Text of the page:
“Joe Manchin Just Cooked the Planet,” a typically hysterical Rolling Stone rant declares.
“Unless Manchin changes his position dramatically, he will be remembered as the man who, when the moment of decision came, chose to condemn virtually every living creature on Earth to a hellish future of suffering, hardship, and death,” it raves.
Give us trillions in pork or the earth blows up.
But while the Democrats go to war on coal, the People’s Republic of China is buying up any coal it can get its hands on.
China is paying the most on record for the dirtiest type of coal, showing how the power crisis is turbo-charging Asian energy markets.
The price of a variety of lignite coal from Indonesia surged to $110 to $120 a ton this week due to rising demand from China and falling production from mines in Kalimantan, said traders who buy and sell the grade. That’s up from last year when some shipments sold for as little as $20 to $25 per ton.
The PRC was supposed to have ended lignite coal imports, but presumably, they’re claiming that what they’re importing meets their metrics by mixing it.
Beijing’s ban on buying generally higher-quality Australian shipments is forcing Asia’s largest economy to look farther afield for more of that type of coal from Indonesia, Russia, South Africa and even the U.S.
The coal export numbers have been booming.
U.S. coal shipments to China leaped more than 30-fold in the second quarter, as miners took further advantage of the Asian powerhouse’s prolonged trade dispute with Australia.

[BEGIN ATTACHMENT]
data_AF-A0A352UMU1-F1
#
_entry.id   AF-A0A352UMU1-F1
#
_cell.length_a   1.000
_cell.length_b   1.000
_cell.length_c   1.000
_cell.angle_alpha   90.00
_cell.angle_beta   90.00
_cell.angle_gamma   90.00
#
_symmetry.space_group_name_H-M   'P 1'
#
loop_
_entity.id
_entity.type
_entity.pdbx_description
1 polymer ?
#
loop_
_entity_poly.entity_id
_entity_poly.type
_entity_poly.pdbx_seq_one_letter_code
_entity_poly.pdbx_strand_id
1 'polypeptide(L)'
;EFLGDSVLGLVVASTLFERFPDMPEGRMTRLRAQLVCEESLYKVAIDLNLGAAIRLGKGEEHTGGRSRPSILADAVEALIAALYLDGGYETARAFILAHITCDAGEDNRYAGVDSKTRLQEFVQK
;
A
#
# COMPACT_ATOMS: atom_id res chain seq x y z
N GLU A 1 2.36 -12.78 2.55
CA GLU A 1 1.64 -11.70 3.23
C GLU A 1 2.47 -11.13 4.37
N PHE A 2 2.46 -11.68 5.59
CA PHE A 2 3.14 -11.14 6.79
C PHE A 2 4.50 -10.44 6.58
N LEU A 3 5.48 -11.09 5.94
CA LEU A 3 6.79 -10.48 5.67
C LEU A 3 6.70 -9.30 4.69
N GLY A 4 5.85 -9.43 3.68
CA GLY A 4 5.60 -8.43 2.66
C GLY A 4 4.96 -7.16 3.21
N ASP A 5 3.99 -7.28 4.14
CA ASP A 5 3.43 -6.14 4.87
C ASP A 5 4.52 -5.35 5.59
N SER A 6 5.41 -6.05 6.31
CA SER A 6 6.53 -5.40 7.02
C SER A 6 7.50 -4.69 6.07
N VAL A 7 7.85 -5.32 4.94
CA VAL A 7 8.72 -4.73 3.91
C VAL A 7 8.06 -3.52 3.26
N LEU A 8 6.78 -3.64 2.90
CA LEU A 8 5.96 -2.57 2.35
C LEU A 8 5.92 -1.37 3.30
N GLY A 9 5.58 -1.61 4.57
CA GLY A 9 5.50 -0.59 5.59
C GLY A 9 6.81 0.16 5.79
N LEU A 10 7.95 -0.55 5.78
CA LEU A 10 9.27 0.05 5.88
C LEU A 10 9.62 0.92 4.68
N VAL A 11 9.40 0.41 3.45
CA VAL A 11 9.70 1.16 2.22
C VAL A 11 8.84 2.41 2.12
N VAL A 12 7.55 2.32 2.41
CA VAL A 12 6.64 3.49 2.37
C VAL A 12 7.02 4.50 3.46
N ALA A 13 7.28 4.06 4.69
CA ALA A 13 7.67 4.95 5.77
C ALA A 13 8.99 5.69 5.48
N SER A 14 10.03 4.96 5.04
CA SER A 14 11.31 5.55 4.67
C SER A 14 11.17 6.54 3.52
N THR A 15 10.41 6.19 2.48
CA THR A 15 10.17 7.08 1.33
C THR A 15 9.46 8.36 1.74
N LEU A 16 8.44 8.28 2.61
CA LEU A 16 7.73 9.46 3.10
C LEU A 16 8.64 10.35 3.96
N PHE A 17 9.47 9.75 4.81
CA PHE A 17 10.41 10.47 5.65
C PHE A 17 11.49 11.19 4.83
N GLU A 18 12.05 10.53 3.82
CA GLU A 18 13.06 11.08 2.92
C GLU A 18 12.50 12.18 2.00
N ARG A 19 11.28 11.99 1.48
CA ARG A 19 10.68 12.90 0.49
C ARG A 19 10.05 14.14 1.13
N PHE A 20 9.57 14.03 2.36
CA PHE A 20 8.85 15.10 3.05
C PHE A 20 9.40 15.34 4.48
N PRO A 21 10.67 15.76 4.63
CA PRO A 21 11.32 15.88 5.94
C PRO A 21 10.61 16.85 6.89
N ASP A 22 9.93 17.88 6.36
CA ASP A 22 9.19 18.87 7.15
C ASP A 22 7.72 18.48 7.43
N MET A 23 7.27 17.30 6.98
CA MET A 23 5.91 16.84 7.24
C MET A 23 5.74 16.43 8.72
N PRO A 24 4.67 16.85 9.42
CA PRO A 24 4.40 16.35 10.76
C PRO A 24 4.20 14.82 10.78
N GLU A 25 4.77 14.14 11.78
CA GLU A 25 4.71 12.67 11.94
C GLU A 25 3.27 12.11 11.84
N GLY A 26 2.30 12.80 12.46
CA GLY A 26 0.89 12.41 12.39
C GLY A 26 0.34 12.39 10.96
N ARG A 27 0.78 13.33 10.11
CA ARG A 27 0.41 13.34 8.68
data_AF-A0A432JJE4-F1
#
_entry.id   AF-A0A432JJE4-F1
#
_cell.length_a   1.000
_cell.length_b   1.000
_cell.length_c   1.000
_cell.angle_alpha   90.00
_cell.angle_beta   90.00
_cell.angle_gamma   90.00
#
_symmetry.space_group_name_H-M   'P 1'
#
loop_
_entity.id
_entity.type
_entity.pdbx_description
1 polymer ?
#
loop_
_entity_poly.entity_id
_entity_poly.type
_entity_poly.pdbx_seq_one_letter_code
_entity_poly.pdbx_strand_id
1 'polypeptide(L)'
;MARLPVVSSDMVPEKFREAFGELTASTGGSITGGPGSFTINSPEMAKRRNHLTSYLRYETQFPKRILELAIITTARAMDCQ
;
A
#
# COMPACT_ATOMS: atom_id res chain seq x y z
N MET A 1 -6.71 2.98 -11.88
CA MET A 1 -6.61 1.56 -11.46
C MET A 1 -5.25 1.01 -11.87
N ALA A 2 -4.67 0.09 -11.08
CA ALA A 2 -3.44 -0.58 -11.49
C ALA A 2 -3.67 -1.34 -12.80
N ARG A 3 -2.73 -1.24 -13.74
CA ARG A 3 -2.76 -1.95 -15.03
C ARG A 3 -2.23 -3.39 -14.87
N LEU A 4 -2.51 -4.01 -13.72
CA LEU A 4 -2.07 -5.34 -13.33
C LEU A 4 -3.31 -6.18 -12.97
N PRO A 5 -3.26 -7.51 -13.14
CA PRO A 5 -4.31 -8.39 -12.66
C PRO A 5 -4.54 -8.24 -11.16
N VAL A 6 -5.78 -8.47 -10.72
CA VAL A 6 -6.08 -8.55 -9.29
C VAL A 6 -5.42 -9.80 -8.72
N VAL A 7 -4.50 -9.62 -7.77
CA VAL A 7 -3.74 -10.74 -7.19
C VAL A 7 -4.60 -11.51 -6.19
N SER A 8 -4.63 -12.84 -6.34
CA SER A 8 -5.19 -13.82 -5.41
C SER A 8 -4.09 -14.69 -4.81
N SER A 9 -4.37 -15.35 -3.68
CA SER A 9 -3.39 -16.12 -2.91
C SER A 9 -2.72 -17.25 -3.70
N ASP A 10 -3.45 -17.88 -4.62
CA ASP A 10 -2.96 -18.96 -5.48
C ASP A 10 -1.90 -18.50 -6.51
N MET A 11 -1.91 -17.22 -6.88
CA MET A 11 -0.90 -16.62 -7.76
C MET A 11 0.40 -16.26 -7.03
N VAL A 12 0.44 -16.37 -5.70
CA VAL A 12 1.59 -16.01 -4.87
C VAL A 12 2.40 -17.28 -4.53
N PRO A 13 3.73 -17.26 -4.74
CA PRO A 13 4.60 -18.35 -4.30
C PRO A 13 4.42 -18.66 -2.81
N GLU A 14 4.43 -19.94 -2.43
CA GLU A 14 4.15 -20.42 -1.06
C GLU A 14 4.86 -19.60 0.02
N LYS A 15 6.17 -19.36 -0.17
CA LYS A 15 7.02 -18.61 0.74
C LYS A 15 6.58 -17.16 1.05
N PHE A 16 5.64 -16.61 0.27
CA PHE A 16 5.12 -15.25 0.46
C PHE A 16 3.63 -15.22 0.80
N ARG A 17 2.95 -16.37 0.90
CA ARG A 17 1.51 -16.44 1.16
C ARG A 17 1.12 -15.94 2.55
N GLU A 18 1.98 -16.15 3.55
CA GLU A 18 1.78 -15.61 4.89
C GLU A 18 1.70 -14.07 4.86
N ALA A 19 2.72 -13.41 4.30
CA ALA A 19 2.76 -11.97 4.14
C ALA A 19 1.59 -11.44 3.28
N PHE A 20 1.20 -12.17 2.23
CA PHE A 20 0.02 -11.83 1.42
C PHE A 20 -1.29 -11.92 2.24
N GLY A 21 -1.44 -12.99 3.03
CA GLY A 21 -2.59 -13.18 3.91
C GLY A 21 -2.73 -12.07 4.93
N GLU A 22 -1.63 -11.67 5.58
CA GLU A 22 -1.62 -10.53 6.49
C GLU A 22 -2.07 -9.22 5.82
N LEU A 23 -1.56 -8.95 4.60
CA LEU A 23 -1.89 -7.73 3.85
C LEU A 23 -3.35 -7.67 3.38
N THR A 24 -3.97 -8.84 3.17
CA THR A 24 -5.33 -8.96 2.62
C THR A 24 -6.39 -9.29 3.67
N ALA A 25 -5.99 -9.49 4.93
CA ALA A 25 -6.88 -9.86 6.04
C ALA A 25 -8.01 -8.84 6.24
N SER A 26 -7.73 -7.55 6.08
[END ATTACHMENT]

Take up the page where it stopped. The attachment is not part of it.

Deliveries surpassed 2.4 million tonnes compared to just 75,000 tonnes a year earlier, according to an S&P Global Market Intelligence analysis of industry data. The surge fueled a 53% jump to 20.6 million tonnes in U.S. coal exports, along with rebounds in India, Japan, Brazil and most other major markets following 2020 pandemic slowdowns…
China has transformed into the second-largest market for U.S. coal exports, behind only India
The media still keeps churning out Big Green propaganda about the coal industry collapsing and turning to green energy. In the real world though coal remains in demand. And if Democrats ban Americans from heating their homes, China will secure coal from its citizens. Shutting down coal mining in America won’t change that. Supply chases demand. China, despite its pledges, needs coal and it will have coal.